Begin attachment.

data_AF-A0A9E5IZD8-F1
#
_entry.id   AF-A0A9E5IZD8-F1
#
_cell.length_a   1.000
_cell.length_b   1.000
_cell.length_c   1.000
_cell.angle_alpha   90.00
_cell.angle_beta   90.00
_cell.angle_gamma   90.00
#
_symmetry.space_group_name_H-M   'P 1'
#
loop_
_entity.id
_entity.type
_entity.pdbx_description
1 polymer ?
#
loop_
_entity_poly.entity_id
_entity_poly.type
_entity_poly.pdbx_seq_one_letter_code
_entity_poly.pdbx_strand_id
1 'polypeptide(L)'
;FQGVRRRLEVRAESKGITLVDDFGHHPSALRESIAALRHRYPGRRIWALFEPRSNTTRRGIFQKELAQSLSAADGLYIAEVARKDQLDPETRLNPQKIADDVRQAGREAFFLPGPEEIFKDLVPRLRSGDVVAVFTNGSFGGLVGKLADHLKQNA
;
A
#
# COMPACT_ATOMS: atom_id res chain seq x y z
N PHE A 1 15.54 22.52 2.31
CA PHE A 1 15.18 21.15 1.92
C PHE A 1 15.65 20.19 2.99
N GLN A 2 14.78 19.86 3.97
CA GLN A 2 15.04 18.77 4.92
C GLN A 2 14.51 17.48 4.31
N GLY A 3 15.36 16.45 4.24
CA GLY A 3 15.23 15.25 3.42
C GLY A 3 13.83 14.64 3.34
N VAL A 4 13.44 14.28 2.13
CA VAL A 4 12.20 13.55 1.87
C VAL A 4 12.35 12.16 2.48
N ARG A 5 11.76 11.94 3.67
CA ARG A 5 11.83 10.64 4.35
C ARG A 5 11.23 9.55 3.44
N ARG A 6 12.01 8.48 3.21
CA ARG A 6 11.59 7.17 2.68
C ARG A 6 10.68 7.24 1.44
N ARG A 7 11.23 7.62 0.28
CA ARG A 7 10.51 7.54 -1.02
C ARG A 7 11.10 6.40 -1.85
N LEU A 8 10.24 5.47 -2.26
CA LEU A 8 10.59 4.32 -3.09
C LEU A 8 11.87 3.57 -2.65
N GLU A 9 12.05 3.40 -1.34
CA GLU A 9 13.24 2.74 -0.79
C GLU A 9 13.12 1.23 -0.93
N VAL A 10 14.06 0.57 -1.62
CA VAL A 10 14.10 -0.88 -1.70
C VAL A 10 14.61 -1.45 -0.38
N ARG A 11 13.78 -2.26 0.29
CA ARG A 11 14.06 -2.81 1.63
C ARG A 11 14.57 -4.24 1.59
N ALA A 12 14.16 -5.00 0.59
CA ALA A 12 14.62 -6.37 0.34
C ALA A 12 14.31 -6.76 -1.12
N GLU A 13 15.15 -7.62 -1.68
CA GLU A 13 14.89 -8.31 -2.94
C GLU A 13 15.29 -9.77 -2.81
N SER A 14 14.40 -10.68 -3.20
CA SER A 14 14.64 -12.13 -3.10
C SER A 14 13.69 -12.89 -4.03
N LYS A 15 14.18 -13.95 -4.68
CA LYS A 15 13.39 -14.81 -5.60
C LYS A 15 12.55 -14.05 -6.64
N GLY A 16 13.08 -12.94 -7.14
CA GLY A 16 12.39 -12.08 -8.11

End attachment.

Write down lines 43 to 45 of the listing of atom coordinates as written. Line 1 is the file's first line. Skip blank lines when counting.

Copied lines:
N ARG A 5 11.76 11.94 3.67
CA ARG A 5 11.83 10.64 4.35
C ARG A 5 11.23 9.55 3.44